I love raspberries and blackberries, and grow red raspberries in the garden among my bounding mint patch. The berries only recently succumbed to hard frost, but were producing right up until it hit. My dear grandmother grew red raspberries and this variety is much like hers. I did a little digging and discovered more about the bramble family. Raspberries and blackberries are native to North America. Some kinds are thorny, others thornless, and there’s a wide variation in taste and color. They thrive in all 50 states and Canada.
From Field Guide to Wild Plants by Bradford Angier, a wonderfully informative book given to me by my grandmother years ago. Mr. Angier has also written many other volumes. (This Amazon link takes you to the second edition of his book, I have the first).
“Juice and wine made from the berries is still used in Appalachia to combat diarrhea. The berries and their juice were long used by many Indian tribes to rid their members of chronic stomach trouble and to allay vomiting. It was considered effective in preventing miscarriage. It is astringent and believed generally beneficial to digestion, being thought mild enough to control diarrhea and dysentery even among infants and children. Early Americans sometimes combined it with honey and alum to tighten loose teeth. The settlers also came to use the juice to dissolve tartar on the teeth. It was turned to by numerous tribes to cure cankers of the mouth and gums.
The juice was also turned to by many Indians and pioneers to lessen menstrual flow without suddenly ending it entirely. When the bowels were loose it was drunk instead of tea or coffee. It was thought to ease nausea, be an antacid, and act as a parturient (aids in birth). Many a colonial deemed his medicine chest incomplete if it did not contain blackberry brandy or cordial.”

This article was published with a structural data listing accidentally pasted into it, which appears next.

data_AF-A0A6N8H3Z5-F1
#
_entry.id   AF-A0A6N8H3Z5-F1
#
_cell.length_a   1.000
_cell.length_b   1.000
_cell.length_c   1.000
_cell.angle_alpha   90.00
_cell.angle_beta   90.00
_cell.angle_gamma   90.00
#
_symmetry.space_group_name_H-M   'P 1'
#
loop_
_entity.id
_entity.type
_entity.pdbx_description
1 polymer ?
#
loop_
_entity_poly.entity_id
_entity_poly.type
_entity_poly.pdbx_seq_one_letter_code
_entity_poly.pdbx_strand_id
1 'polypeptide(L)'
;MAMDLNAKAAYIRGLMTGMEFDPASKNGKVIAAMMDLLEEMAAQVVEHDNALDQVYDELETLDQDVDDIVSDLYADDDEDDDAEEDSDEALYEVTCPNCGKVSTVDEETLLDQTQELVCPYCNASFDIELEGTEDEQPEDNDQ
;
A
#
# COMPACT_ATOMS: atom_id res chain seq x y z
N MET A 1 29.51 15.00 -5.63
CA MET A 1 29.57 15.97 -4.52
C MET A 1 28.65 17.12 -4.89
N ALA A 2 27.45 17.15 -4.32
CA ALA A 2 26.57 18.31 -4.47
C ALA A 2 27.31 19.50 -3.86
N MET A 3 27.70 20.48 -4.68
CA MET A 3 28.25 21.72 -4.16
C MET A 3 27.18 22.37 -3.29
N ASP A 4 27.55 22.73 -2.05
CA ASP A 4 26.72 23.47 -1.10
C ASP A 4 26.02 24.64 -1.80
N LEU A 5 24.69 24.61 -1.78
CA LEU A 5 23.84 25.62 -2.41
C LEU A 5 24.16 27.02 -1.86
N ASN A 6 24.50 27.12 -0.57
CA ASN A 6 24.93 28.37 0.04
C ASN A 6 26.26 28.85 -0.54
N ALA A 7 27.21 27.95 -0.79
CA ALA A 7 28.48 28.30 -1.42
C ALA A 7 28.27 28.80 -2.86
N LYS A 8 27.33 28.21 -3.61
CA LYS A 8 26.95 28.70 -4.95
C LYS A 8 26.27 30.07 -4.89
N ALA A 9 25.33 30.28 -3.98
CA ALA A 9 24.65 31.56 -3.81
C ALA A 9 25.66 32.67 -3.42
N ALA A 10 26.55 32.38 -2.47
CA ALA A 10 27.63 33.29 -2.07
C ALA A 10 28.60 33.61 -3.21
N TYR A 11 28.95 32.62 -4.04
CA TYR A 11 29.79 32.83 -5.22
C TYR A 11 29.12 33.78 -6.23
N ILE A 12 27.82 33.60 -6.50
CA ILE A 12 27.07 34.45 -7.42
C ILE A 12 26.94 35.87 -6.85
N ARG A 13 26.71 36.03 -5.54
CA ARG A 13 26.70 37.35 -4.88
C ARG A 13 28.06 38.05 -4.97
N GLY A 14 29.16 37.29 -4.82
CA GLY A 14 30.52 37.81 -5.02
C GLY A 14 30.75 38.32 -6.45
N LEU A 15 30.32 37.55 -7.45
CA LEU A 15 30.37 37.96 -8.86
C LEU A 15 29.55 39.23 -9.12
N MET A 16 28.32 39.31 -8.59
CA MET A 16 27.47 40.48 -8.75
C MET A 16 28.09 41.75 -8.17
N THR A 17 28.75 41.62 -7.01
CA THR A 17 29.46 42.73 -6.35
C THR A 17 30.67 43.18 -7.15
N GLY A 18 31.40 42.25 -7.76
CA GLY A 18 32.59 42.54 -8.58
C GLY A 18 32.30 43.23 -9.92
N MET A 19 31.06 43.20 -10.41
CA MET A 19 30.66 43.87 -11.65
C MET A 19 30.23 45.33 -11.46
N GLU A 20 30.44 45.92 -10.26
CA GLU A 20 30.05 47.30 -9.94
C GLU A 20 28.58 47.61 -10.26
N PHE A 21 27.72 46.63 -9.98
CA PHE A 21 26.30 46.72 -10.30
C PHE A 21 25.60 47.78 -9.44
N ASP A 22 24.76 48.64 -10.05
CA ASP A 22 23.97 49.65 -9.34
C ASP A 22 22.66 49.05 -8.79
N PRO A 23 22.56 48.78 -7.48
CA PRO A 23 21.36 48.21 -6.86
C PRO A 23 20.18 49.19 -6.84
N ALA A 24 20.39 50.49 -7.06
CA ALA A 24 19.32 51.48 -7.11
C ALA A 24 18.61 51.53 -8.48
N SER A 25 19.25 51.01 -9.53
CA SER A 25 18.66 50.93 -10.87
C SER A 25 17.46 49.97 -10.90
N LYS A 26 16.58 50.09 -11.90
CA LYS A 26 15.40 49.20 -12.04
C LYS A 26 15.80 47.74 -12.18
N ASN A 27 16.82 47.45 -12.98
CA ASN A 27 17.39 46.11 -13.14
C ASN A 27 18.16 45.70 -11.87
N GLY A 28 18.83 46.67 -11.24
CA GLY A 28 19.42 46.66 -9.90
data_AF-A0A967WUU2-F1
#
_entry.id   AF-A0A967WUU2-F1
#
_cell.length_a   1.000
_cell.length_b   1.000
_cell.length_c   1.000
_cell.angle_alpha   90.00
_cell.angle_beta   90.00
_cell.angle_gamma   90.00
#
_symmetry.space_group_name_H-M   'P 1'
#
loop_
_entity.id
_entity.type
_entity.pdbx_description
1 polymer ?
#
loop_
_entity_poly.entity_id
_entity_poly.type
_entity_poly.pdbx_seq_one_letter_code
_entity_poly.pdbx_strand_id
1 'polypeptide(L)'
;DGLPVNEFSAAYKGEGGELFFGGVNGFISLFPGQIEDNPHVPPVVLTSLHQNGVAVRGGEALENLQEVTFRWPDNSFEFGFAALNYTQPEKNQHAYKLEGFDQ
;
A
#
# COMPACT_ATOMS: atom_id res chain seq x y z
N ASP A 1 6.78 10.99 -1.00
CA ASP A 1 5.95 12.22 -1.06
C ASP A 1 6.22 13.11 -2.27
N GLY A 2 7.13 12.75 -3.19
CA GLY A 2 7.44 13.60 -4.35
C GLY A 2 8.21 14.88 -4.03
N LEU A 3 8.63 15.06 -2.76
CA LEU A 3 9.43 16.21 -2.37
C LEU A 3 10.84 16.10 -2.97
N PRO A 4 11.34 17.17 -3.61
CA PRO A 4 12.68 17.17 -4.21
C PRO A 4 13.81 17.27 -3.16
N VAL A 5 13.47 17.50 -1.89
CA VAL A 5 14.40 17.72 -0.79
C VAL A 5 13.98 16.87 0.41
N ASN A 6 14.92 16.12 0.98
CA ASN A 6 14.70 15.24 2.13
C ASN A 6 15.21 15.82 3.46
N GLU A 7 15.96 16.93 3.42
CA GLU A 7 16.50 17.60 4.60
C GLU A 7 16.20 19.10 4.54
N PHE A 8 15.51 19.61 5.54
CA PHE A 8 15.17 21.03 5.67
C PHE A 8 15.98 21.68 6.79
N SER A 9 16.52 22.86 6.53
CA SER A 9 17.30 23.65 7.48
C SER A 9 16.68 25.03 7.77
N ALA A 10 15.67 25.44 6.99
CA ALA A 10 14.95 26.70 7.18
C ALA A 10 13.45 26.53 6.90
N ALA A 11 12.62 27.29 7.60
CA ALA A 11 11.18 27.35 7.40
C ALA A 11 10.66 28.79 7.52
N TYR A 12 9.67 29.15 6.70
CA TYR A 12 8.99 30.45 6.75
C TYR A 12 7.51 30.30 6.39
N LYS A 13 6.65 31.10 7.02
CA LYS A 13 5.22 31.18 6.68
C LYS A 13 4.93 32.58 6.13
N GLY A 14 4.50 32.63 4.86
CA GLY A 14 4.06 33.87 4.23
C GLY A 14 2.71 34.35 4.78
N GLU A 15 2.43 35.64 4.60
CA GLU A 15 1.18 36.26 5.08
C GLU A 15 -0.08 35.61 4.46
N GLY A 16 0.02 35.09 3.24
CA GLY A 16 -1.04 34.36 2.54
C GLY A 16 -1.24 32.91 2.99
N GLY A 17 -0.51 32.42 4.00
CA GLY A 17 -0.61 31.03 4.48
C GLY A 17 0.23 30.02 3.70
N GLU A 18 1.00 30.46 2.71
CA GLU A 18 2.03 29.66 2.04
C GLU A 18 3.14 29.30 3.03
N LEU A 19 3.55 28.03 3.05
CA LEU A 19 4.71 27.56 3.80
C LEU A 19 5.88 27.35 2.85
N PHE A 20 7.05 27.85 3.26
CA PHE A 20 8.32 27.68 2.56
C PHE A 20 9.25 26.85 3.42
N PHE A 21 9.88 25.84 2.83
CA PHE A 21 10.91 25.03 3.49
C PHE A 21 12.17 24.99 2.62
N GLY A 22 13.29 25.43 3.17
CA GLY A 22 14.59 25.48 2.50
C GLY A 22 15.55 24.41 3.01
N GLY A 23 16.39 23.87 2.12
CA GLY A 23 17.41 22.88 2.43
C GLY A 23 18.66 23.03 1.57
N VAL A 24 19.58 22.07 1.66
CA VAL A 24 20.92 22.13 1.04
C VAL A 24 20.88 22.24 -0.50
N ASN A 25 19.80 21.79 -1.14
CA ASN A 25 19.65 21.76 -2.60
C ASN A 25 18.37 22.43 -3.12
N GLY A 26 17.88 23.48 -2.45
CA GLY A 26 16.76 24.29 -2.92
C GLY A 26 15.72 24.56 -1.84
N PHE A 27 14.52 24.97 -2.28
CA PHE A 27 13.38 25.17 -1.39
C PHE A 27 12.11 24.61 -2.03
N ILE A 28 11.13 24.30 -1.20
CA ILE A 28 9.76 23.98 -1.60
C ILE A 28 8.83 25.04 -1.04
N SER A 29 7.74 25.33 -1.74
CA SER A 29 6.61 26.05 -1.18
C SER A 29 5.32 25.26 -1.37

This is how strongly they believed in its curative and stomach soothing properties, which I can also vouch for. Blackberry leaves were gathered after the dew was off them, dried at room temperature, not in the sun, and stored in tightly capped jars in dark cupboards. A level teaspoon of the dried leaves were steeped in a boiling cup of water, then drunk cold, 2 cups a day, as a tonic or blood purifier. It was thought helpful to give to mothers in childbirth and during delivery. A potent tea was applied to sores and used as a gargle and mouthwash. Strong healing teas were also made from the blackberry roots and bark (steeped fresh, or from the dried bark/roots) as a tonic, for treating diarrhea, upset stomachs, whooping cough, labor pains…
An old standby from the McNess Company is great for soothing troubled digestion. McNess salesmen used to go door to door, and we had a kind elderly gentleman, but they no longer do. It’s called Aromatic Compound and is a liquid medicinal blend made from extracts of blackberry, rhubarb, and ginger with anise and clove oil. If you’re interested in getting a bottle, visit the link to their site.
Anne of Green Gables fans will remember the scene (I watched the series) where Anne is delighted to host a tea party for her friend Diana. She’s particularly proud to serve a special bottle of Marilla’s raspberry cordial, but mistakenly offers Diana currant wine, not meant to be imbibed by the tumbler full (3 of them) as it’s alcoholic. The inevitable happens and causes much distress, which is eventually overcome. Those of you interested in making raspberry cordial, and/or catching up on Anne of Green Gables, will enjoy visiting this blog post: http://thehistorykitchen.com/2012/07/20/anne-of-green-gables-raspberry-cordial/